Unfortunately, in the world of social interaction, there’s no Supreme Court to interpret tricky situations, no legislature to amend bad rules, and no international law to help standardize things across cultures.

It’s the wild fucking west out there.

So you’re welcome to head out into public, but before you do, I’ll sprinkle you with just a sampling of the perils you’ll face, as a final warning.

1. Perils of interacting with friends and family

You’d think that friend and family interactions would be on the safer side since those people are likely to be using mostly the same version of the Rulebook as you. The problem is, with those closest to you, an expectation of intimacy and comfort puts pressure on each interaction going well, your history together often leaves things highly charged, and since this is the arena where gossip and long-term memory live, the stakes are at their highest.

Also, you’re probably kind of an awkward person and awkward people are never safe, no matter whom you’re with.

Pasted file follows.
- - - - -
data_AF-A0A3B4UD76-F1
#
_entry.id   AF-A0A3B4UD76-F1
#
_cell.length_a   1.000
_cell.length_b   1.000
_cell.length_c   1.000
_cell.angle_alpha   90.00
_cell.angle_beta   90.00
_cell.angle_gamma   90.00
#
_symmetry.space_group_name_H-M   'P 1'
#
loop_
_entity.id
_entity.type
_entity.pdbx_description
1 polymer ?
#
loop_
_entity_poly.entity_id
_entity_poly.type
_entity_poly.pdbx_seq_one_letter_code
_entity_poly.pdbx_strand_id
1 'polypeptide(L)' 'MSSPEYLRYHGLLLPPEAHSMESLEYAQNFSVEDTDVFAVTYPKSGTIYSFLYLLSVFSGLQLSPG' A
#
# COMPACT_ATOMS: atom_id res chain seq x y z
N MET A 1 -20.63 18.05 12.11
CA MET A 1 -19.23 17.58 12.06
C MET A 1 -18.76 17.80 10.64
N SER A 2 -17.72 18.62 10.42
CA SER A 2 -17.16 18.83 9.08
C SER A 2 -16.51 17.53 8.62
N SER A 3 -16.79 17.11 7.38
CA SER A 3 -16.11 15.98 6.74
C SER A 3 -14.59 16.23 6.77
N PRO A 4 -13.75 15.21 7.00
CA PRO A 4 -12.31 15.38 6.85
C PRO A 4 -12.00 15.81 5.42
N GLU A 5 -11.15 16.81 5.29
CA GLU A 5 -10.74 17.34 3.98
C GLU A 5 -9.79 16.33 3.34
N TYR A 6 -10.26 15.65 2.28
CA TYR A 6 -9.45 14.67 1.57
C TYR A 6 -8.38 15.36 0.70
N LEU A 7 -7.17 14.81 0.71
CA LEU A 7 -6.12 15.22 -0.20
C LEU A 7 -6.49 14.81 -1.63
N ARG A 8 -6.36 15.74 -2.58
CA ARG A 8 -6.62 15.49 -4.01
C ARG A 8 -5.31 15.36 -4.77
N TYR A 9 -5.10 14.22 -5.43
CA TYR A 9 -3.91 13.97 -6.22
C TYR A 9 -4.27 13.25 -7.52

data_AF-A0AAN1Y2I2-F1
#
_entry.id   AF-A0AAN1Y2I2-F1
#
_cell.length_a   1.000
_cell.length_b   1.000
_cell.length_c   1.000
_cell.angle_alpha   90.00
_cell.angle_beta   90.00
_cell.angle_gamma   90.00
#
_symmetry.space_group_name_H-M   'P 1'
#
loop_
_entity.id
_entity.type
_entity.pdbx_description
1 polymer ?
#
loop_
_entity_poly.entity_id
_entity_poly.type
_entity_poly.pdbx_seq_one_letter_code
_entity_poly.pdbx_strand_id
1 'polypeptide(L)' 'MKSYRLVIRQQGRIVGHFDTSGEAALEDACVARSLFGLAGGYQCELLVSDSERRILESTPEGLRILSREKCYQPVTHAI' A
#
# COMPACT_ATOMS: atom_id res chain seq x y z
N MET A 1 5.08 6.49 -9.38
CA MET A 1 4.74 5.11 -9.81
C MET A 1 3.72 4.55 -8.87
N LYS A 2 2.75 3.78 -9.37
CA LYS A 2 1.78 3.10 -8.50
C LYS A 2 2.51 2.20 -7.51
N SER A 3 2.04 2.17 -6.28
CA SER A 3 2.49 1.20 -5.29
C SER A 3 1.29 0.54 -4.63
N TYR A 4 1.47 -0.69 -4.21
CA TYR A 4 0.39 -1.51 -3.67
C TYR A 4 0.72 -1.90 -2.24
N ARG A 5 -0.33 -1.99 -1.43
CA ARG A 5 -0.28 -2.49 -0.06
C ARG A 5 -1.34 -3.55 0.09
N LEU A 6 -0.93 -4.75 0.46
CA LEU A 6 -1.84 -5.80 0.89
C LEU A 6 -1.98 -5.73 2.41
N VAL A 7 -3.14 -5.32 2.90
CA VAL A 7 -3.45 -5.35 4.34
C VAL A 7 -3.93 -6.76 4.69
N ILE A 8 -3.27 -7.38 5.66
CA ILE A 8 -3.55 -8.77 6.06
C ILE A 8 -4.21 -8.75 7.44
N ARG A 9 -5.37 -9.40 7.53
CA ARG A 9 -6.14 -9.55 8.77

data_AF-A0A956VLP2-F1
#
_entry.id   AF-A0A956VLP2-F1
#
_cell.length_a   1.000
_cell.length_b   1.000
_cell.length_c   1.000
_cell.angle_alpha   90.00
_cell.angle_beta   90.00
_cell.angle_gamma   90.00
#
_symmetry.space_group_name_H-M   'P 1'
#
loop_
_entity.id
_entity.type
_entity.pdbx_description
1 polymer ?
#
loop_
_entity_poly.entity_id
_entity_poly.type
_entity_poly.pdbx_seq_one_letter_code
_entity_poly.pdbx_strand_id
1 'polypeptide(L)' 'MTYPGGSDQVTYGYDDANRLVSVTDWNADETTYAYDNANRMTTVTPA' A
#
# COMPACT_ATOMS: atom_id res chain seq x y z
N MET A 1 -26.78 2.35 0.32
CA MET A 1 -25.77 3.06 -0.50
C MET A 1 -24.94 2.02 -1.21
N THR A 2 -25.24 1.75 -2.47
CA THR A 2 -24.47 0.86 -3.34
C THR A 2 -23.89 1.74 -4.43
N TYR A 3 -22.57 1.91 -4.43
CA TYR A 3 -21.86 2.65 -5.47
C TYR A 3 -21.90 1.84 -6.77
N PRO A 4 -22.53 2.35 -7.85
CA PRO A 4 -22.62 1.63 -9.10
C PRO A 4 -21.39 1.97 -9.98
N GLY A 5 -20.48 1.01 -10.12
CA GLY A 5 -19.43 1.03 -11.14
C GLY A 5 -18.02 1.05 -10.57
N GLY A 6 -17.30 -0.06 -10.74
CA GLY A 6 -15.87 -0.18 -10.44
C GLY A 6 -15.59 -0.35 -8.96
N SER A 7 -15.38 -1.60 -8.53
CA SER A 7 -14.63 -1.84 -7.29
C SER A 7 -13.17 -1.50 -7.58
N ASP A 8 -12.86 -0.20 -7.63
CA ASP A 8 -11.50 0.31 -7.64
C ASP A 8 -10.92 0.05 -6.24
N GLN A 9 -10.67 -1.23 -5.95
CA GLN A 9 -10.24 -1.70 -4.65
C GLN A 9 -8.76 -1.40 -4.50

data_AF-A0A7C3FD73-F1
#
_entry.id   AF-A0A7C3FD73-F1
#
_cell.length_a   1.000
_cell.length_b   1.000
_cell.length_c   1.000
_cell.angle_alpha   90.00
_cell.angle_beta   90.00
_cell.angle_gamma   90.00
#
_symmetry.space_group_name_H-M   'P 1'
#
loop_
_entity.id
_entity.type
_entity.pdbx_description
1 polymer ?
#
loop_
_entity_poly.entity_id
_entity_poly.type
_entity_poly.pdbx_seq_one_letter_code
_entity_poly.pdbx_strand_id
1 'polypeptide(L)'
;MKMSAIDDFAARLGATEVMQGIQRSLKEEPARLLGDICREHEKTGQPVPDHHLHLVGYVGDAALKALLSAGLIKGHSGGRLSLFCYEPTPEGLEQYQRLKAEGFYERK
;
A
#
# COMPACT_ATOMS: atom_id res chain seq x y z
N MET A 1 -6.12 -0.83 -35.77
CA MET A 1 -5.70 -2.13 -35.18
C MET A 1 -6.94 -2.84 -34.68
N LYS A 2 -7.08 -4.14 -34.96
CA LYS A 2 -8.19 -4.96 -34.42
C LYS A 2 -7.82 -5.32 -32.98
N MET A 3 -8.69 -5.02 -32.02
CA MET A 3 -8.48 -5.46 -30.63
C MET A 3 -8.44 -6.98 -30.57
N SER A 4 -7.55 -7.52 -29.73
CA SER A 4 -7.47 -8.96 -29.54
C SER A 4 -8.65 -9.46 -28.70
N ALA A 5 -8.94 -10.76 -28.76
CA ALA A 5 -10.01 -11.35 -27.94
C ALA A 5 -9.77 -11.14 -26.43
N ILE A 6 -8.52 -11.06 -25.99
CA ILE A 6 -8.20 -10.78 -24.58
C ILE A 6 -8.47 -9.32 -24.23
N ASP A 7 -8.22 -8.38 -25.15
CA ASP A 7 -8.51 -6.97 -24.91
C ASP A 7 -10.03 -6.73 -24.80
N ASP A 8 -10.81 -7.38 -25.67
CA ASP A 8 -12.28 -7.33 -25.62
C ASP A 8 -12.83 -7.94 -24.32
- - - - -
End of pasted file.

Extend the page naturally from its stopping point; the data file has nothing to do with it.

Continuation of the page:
When meeting up with a friend or family member, things can get tricky before they even start, with a potential 30-Second Hello:

And just when you’re relieved that that’s over, you’ll find yourself trying to pick a door in one of the great social struggles of our time: The Handshake/Hug Decision of Doom.


I’ll be 90 and I still won’t have figured this out. There are different rules for everyone and nothing’s clear: Do I shake my grandfather’s hand or go for the hug? How about my friend’s father? Old friend? New friend? Opposite-sex acquaintance? Longtime work colleague? Sibling’s good friend who I’m meeting for the second time? It’s unbelievably complicated.